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Ghost Kitchens

Not so long ago, being called a “ghost kitchen” was not necessarily a kind reference. First used in 2015 in a network investigative report, the term was initially associated with early, delivery-only kitchens in New York City working off the grid with no formal inspections and no names or addresses that could be traced in the city’s database of restaurants. Literally, ghost facilities.

Today, ghost kitchens – sometimes called virtual, dark, shadow or cloud kitchens – are legitimate business models operating above board. Optimized for delivery or take-out, they have responded to the rapid growth and consumer demands for home meal delivery and other commercial requirements such as menu testing, meal prep, catering or added delivery capacity for restaurants not wanting to burden their existing facilities any further. The pandemic has only accelerated this growth to what is expected to be a trillion-dollar industry by 2030.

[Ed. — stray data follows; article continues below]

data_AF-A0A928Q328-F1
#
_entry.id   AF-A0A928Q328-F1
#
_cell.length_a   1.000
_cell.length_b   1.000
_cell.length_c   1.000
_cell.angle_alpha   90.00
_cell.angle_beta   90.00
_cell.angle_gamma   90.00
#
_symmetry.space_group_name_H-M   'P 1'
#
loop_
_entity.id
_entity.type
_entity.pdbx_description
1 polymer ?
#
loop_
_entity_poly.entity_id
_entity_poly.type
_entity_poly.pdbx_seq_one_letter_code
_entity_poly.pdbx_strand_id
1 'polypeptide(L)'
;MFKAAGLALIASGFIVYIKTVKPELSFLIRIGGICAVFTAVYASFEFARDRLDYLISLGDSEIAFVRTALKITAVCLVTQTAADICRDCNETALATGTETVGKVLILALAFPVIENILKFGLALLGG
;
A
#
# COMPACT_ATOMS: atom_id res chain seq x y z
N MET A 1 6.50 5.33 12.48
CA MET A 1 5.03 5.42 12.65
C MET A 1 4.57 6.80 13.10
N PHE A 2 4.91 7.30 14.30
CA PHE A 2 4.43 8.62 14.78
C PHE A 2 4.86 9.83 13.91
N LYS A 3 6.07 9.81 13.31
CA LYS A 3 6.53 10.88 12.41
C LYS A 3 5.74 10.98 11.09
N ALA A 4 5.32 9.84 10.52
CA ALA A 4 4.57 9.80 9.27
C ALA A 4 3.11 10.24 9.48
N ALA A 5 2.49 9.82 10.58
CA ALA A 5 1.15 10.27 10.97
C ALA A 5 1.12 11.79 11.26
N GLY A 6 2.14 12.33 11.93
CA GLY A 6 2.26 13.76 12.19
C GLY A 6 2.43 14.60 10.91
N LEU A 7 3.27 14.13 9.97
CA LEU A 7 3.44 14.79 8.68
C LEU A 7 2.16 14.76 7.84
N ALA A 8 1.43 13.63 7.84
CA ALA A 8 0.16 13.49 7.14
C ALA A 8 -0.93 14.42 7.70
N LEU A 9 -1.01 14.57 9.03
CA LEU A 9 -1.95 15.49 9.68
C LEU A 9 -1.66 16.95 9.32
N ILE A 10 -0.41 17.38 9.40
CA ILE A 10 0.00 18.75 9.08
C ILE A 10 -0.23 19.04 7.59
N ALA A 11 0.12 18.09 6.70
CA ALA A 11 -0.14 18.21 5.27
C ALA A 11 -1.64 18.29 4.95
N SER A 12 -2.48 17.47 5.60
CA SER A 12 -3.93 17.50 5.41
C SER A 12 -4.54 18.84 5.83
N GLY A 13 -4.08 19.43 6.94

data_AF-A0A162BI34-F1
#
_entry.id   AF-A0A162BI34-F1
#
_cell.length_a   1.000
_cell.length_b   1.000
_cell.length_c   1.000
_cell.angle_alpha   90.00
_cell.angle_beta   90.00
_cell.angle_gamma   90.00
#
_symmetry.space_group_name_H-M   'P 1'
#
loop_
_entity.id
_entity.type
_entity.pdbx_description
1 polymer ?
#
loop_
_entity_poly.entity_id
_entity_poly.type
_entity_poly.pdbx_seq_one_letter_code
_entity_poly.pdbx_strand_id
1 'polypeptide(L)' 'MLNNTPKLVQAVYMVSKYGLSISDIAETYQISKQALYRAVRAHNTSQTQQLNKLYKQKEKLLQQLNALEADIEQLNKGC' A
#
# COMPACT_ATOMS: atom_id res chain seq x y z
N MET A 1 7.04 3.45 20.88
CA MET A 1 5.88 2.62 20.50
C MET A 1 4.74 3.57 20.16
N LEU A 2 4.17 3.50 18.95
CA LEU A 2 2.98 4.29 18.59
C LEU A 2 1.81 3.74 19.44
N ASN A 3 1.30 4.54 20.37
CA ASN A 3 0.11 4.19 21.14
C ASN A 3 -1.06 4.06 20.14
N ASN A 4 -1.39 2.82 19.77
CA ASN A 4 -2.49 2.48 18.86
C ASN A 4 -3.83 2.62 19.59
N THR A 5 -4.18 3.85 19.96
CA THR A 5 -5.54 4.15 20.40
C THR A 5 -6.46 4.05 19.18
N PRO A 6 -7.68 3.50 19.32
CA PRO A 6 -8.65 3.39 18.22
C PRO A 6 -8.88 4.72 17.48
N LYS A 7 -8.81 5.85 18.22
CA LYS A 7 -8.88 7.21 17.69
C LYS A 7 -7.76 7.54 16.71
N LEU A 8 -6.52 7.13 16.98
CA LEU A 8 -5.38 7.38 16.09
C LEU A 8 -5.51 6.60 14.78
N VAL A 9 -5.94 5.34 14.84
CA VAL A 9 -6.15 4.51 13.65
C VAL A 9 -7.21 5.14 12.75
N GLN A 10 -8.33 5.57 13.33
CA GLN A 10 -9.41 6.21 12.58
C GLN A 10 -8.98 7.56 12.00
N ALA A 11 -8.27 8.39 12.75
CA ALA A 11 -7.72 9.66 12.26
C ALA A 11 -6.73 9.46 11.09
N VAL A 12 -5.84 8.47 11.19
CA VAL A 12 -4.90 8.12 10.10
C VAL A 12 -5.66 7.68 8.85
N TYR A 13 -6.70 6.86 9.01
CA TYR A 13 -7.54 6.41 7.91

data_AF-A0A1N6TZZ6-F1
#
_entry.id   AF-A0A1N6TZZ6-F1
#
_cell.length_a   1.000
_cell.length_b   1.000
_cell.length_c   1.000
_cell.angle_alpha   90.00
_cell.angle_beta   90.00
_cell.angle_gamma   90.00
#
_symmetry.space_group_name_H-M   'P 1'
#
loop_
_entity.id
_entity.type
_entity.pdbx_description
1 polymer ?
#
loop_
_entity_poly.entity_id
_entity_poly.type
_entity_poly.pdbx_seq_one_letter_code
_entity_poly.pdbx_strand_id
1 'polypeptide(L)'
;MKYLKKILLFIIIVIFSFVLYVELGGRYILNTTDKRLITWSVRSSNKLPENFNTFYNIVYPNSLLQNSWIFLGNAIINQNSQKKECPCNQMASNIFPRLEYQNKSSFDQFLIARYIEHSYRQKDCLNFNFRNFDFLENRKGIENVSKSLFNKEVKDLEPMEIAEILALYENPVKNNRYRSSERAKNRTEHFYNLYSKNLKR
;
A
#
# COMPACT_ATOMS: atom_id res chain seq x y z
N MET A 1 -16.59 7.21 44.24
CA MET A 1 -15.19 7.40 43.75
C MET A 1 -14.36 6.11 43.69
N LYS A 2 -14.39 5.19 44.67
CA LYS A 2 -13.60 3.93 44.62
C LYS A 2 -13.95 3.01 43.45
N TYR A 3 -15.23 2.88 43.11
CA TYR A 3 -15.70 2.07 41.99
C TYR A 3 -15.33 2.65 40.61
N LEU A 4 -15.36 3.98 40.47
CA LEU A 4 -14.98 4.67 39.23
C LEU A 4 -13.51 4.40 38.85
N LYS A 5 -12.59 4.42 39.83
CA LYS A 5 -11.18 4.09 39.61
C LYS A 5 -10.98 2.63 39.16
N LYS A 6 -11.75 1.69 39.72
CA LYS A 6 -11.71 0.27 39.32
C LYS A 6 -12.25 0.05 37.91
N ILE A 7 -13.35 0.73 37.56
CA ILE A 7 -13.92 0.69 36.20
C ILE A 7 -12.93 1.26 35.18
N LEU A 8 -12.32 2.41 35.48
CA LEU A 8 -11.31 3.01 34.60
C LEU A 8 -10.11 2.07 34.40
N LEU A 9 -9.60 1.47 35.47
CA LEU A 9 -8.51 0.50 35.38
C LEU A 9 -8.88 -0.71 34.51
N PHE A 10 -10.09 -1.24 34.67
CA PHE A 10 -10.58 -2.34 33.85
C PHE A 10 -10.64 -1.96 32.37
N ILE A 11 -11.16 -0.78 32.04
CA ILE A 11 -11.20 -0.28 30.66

Whichever term you use to describe these commercial kitchen facilities, they are often well-appointed with all the amenities but have no dining space, retail storefront or wait staff. This usually translates to lower rents because they can exist in areas where location is much less critical. Further, many of these facilities handle the health department inspections, taxes, utility bills, equipment repairs and much more, resulting in meager overhead costs for the small business owner. For many culinary entrepreneurs, the reduced costs and low overhead present unlimited opportunities to leverage a ghost kitchen as they start new businesses.